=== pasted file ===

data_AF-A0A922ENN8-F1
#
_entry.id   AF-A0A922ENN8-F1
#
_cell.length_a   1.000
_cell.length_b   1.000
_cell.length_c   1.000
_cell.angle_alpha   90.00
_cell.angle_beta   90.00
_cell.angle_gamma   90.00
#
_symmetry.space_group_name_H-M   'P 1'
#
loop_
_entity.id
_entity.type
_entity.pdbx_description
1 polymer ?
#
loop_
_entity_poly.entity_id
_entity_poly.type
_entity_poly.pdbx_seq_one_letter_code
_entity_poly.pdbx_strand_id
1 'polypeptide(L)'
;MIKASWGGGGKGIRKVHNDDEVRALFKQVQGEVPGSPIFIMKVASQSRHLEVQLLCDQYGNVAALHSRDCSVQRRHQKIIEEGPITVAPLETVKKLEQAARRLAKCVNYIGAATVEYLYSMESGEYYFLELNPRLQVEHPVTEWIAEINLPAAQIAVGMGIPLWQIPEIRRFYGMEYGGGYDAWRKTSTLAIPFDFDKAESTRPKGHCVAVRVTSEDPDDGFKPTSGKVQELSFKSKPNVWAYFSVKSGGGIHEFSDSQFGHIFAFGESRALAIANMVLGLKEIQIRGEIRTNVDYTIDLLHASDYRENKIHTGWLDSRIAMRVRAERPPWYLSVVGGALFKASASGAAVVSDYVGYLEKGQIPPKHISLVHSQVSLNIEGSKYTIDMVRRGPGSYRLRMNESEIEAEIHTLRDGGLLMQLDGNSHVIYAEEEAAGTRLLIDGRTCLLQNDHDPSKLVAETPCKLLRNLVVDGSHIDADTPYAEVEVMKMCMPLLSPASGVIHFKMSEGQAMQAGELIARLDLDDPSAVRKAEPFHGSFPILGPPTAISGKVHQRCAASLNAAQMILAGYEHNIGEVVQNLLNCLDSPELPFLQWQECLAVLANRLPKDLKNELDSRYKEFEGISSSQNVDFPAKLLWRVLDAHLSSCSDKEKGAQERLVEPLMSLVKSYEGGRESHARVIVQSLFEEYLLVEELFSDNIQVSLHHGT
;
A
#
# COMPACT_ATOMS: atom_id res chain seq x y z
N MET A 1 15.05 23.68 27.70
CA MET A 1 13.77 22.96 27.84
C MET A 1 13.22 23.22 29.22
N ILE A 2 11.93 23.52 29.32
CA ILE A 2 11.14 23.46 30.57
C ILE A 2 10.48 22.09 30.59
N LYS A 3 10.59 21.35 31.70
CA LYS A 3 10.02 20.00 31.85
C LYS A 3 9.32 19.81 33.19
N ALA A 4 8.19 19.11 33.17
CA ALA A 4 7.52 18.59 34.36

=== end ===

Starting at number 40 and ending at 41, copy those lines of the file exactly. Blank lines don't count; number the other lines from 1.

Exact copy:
N ALA A 4 8.19 19.11 33.17
CA ALA A 4 7.52 18.59 34.36